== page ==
Ride-hailing companies in B.C. will be able to pick up in larger areas than taxis, charge similar minimum fares, and can have as many cars on the road to start, according to new rules revealed by the Passenger Transportation Board.

Board chair Catharine Read announced the regulations in a teleconference Monday, revealing there will be no limit on fleet size for companies such as Uber and Lyft. Read spoke about the issues ride-hailing companies will face, including a possible shortage of drivers due to the province’s insistence on Class 4 commercial licences. She said that could be revisited in the future.

Public Safety Minister Mike Farnworth said the unlimited nature of licences is something the province will be watching.

"They indicated there will be no cap on licences on the ride-hailing industry. That is something that does concern us," Farnworth told CTV News.

Minimum rates for ride-sharing vehicles will be in line with taxi flag rates. The board says in Metro Vancouver the range is between $3.25 and $3.95. Companies won’t be able to discount that base rate in any way, and there will be no maximum price.

"We are going to allow (companies) to increase price because that expands supply of drivers to meet passenger demand at peak time,” Read said during a news conference.

She added all rates will be confirmed up front before a passenger even confirms the ride. If it’s not acceptable, the traveler can find a different way to get around.

The PTB established five zones for rideshare companies – each one much larger than what cabs contend with.

Taxi operators furious with the new ridesharing regime gathered en masse Monday and voiced a number of concerns. They said congestion will increase, families supported by the taxi industry will be hurt, and insisted the rules are not fair.

“Cheaper rates, cheaper insurance, unlimited vehicles, there's no level playing field there,” said Carolyn Bauer of the Vancouver Taxi Association.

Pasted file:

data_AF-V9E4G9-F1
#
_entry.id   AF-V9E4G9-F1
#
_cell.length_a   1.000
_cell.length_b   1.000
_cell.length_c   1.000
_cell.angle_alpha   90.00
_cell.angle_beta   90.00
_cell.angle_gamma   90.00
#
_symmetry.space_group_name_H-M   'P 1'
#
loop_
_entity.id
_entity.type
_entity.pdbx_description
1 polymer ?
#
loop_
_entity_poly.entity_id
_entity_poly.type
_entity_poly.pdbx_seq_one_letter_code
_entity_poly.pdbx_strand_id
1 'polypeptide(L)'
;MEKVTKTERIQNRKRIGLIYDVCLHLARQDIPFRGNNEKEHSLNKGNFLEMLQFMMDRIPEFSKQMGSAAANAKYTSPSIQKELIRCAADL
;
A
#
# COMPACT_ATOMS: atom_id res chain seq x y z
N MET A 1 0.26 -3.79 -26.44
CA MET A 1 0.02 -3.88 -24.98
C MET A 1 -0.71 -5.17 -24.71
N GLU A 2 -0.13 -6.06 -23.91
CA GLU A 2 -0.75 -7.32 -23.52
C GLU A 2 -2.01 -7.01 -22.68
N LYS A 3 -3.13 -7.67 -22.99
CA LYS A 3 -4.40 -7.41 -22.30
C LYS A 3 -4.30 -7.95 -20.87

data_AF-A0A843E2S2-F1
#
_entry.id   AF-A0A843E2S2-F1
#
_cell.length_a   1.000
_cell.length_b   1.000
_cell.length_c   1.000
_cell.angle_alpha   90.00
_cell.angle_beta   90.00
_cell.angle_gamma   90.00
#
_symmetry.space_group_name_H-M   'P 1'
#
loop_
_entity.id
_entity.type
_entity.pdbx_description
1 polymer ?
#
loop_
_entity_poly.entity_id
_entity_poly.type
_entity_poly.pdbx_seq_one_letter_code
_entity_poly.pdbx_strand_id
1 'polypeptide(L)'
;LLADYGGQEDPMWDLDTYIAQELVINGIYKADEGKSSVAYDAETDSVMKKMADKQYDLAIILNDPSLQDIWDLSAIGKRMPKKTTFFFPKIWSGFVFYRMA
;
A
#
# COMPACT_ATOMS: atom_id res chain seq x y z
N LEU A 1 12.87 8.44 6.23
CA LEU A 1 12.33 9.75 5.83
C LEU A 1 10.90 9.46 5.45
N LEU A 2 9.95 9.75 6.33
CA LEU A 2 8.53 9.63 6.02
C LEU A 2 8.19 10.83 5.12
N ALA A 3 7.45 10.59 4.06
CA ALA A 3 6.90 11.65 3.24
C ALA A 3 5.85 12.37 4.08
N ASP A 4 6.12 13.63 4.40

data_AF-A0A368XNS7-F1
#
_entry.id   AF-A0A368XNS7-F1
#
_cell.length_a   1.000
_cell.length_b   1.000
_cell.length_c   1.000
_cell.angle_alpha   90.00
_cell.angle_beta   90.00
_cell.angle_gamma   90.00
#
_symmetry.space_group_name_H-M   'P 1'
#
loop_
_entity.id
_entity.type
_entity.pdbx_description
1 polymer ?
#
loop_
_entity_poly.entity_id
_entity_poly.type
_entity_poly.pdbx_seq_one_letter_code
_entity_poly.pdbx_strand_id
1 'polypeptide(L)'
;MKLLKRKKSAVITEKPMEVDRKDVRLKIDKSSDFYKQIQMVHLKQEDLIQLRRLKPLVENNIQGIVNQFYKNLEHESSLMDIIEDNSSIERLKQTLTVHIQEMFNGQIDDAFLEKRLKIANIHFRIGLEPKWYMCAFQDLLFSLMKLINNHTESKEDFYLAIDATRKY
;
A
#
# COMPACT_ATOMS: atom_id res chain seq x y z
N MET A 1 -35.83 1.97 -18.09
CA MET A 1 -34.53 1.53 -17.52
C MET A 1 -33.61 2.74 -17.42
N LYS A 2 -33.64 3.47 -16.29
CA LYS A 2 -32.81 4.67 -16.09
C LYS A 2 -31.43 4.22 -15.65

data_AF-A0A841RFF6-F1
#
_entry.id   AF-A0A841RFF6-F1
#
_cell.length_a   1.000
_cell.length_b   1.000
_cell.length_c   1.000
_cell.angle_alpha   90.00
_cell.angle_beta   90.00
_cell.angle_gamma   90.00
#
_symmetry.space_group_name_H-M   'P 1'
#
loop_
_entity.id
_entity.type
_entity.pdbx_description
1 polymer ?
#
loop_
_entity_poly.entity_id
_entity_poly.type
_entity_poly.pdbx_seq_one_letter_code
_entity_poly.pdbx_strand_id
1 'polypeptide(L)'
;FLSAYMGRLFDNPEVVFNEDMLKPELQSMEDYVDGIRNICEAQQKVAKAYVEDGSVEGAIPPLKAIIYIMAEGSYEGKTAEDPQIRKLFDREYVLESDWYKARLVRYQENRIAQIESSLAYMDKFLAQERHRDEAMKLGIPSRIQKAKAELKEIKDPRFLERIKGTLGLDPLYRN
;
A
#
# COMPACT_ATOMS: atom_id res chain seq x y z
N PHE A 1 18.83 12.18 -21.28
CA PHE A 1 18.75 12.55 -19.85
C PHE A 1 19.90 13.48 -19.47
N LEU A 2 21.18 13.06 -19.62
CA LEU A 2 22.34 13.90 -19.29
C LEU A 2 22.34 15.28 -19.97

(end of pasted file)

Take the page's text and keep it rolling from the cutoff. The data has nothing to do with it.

Other operators were asked about whether taxi boundaries should change to be in line with ridesharing. At the media availability Monday, no one suggested it should, claiming it would lead to an abundance of cabs in Vancouver.

Yet, the PTB board chair acknowledged this was an issue with some cabbies.

“Especially the taxi companies based out of Surrey and the suburbs in Metro Vancouver, they're not happy with it because they're restricted to their existing boundaries,” Read added.

Yet changing taxi boundaries is far from an easy fix, she said, because there was no clear consensus amongst those in the industry.

The province has previously stated all regulations would be in effect by mid-September and the PTB would start accepting applications in early September. The board said Monday applications could take between six and eight weeks to process, because there are certain regulatory processes that need to be followed. If a company applied as soon as it could, the earliest it could be up and running is likely mid-October.

Lyft has previously said it is coming to Metro Vancouver due to an anticipated shortage of drivers. The company pointed out B.C. is the only jurisdiction that doesn’t allow the more common Class 5 licences.

The legislative committee looking at ride-hailing recommended Class 5 licences but the province insists the commercial licences will make passengers safer, although it’s unclear exactly how.

The NDP government had campaigned on bringing in ride-hailing by the end of 2017. The previous Liberal government also failed to bring in the service. Some observers say that’s partly due to a strong taxi lobby, but also a significant voter base in Surrey where bringing in ride-hailing could be viewed negatively.